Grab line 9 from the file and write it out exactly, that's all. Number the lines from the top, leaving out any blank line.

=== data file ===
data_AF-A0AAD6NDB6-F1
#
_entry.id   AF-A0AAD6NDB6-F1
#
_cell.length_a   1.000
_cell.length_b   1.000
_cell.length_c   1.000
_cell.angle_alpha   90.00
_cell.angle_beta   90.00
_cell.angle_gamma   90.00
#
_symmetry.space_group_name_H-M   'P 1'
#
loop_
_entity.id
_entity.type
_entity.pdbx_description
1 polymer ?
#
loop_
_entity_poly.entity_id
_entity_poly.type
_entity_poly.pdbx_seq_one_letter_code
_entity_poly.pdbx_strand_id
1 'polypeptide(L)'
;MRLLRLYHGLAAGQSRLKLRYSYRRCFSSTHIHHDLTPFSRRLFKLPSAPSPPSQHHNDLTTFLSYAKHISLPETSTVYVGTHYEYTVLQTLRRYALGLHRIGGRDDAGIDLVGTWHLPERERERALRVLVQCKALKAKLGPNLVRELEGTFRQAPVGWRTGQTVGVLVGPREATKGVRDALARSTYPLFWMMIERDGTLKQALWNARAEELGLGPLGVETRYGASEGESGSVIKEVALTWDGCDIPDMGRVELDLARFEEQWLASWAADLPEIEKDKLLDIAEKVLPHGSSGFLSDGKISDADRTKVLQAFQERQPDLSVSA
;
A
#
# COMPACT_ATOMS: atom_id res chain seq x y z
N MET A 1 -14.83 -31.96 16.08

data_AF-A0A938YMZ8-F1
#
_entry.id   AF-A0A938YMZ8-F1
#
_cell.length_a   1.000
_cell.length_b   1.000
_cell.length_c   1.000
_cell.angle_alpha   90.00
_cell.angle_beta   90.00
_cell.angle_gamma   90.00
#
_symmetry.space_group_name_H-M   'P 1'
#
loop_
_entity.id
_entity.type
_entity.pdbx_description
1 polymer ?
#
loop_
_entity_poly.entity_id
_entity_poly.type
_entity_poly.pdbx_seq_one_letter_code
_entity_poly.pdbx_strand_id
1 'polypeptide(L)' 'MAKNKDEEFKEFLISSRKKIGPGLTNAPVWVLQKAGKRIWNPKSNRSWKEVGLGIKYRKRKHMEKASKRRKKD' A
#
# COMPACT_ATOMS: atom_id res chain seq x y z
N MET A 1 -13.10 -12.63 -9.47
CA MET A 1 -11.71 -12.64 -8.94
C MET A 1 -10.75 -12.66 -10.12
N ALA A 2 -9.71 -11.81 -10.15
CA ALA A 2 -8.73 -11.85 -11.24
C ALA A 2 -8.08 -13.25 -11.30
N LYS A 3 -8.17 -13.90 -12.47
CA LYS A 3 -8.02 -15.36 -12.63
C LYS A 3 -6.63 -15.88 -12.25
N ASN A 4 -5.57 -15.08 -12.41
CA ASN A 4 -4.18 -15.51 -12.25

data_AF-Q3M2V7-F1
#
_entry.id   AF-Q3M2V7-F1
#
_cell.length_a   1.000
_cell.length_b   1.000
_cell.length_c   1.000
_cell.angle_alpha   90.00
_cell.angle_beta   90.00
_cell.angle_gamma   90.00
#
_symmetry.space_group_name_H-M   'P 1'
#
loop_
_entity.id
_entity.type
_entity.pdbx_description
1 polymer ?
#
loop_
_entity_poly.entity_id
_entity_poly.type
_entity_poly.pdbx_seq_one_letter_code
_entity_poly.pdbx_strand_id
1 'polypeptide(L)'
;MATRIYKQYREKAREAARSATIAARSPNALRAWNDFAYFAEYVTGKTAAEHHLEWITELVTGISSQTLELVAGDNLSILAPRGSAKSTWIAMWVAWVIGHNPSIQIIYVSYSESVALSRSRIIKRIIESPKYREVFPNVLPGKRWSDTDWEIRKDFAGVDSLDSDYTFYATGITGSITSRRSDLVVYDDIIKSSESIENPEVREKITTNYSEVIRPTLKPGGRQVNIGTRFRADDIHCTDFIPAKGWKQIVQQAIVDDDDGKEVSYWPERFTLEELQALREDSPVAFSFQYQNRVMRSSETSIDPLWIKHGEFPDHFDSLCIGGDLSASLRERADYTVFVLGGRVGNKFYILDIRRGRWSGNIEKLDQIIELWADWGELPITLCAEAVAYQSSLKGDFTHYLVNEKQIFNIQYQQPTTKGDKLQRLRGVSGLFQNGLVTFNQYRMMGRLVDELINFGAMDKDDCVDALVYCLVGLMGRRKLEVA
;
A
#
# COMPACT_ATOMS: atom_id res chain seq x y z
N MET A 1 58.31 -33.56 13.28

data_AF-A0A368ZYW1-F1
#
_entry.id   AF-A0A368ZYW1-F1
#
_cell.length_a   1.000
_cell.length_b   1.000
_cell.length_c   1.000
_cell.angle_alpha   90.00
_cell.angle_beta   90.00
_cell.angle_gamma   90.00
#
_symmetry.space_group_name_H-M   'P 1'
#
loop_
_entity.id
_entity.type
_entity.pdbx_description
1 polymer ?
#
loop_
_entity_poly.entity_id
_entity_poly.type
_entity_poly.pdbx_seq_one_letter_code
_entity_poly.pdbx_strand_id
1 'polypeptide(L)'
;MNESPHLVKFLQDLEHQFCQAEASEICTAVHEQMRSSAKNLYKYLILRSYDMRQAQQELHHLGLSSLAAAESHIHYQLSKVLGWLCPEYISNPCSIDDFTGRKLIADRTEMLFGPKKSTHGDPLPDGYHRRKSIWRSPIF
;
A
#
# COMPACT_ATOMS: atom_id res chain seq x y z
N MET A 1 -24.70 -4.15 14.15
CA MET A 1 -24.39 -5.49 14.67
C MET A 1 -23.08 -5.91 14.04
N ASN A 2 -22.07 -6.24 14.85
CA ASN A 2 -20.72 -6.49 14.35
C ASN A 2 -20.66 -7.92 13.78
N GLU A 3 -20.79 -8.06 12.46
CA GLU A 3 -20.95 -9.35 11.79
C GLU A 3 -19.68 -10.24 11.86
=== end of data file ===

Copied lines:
_cell.angle_beta   90.00